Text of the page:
"When white and ruby dawn among the rakes breaks in, she's with the harrying Ideal, and by some strange retributive appeal within the sleepy brute, an angel wakes." - Charles Baudelaire from The Spiritual Dawn
The awakening of a musician, the event or the vision that allows a musician to hear their new world, is a poetic moment. T. Thurston is a musician that is just beginning to wake-up and discover the world of possibilities within his sound. He records long stretches of instrumentation and plays it back searching for that one sound. He is fascinated by the process of recording and rerecording, and having released three albums in less then one year, it appears that his fascination continues to grow. Currently living in Chicago, Thurston has enjoyed many opportunities to grow as a musician. He has played in and with several local bands including Head of Femur, Casiotone for the Painfully Alone and Northwest. He has learned something new from each band and is now preparing to listen deeply to that new world, and extract a sound that is both magical and beautiful.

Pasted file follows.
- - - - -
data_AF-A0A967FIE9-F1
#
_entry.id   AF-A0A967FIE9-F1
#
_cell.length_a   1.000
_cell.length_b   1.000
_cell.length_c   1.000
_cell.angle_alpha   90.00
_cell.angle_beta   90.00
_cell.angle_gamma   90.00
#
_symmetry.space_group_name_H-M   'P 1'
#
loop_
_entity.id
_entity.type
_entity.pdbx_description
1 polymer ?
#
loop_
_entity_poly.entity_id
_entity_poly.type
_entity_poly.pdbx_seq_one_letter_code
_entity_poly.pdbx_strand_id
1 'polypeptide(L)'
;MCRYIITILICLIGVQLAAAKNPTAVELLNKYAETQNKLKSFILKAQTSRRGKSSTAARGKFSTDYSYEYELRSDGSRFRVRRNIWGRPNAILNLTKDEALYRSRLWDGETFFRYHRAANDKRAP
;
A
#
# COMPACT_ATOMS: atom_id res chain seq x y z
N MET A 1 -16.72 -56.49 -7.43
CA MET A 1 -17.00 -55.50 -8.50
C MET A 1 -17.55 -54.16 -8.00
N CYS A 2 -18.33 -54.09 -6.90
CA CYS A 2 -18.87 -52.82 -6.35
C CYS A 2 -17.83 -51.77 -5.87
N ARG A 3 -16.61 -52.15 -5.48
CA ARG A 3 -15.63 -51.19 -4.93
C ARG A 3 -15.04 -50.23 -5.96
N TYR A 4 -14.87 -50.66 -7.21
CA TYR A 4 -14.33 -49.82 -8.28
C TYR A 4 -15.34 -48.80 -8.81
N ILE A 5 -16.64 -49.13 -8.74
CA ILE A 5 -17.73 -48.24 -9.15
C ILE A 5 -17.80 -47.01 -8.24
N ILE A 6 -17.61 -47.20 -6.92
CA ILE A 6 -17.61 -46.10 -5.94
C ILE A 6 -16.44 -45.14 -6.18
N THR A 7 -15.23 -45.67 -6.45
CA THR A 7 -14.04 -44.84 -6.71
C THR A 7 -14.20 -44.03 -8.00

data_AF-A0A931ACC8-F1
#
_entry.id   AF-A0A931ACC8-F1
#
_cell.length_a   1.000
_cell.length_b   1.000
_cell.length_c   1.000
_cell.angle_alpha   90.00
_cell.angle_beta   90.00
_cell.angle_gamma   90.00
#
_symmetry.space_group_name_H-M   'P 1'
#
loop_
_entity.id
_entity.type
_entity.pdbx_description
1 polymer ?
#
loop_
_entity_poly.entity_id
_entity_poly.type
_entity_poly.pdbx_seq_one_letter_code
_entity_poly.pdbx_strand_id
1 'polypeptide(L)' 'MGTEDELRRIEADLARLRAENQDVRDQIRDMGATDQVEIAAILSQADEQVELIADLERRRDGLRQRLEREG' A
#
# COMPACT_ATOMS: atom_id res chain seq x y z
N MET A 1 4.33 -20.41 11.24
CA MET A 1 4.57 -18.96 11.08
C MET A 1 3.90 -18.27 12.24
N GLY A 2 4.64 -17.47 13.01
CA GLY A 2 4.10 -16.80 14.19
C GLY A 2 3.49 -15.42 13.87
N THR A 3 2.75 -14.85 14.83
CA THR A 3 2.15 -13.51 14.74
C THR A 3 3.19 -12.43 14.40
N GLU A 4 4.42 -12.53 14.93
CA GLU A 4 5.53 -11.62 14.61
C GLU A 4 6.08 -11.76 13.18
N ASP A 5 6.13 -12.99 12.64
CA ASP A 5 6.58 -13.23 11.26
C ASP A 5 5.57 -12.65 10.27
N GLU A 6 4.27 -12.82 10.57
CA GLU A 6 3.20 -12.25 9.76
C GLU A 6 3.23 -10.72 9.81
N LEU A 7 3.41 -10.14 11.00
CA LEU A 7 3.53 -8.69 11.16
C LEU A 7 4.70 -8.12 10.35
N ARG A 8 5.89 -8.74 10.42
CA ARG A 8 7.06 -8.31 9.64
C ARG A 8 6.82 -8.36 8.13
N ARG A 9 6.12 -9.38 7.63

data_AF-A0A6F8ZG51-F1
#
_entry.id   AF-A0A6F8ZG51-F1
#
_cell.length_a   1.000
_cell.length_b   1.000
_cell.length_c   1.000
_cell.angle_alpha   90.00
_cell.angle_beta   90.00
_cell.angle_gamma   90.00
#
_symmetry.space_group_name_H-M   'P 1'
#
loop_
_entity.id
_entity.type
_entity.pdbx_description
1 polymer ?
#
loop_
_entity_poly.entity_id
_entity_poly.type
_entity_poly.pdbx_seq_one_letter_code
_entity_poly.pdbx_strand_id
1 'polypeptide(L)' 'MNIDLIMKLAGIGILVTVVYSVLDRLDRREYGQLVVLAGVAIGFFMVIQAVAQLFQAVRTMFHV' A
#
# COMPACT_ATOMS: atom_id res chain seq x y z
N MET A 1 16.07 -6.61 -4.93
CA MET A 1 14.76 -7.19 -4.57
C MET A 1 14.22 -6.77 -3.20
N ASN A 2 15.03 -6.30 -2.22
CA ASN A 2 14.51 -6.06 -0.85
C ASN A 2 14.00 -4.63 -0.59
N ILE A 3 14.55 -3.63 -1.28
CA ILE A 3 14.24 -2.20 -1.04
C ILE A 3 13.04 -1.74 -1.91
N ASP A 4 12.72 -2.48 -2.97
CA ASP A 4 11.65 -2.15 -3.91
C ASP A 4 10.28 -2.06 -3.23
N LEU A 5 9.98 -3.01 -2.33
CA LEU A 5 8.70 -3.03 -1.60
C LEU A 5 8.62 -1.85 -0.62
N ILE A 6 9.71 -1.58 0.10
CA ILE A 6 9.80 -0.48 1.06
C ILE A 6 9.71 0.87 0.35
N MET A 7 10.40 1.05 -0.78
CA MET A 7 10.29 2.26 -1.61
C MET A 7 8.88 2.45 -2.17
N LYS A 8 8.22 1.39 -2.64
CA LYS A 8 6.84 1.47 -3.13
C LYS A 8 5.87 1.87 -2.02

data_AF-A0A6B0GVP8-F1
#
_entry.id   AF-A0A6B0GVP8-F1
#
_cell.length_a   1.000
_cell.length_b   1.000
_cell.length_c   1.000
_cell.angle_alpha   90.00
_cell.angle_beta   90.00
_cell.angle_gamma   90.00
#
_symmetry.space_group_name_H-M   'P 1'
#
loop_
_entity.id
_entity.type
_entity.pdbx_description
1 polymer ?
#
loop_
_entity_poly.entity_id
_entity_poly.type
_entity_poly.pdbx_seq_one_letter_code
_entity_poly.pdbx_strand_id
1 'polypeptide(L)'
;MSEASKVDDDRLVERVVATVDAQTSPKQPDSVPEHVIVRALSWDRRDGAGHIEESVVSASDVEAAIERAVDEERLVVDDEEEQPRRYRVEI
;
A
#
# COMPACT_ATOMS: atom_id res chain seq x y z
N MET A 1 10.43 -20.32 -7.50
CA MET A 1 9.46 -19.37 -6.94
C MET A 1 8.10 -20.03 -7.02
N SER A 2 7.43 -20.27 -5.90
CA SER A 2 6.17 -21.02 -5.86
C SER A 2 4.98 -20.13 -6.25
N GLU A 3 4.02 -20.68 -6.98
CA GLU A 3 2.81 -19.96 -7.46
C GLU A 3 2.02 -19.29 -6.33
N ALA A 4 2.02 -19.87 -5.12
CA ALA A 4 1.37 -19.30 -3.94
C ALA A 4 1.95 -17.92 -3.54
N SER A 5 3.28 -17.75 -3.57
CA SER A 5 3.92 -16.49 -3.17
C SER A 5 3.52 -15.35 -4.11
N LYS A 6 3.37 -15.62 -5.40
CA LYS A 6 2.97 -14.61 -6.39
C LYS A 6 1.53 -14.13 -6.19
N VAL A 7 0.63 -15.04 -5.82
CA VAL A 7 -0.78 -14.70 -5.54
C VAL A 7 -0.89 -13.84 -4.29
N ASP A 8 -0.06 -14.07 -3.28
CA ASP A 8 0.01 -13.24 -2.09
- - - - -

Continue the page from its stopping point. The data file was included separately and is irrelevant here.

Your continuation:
On his latest release, "summers are better than others", Thurston gives you an 80 minute live mix of some of his favorite tracks. He made this mix for the love of the mixtape, and that in itself is a noble effort. In his words: "Summers Are Better Than Others is a creative effort to combat that disrespect & re-establish the mix as a piece of love and hard work. It is not a cash-in on other musicians/recordists' work - no profit will be made from the selling of this CD - rather, it's a chance for people to re/discover songs in an awesome/fun light they would never hear them otherwise".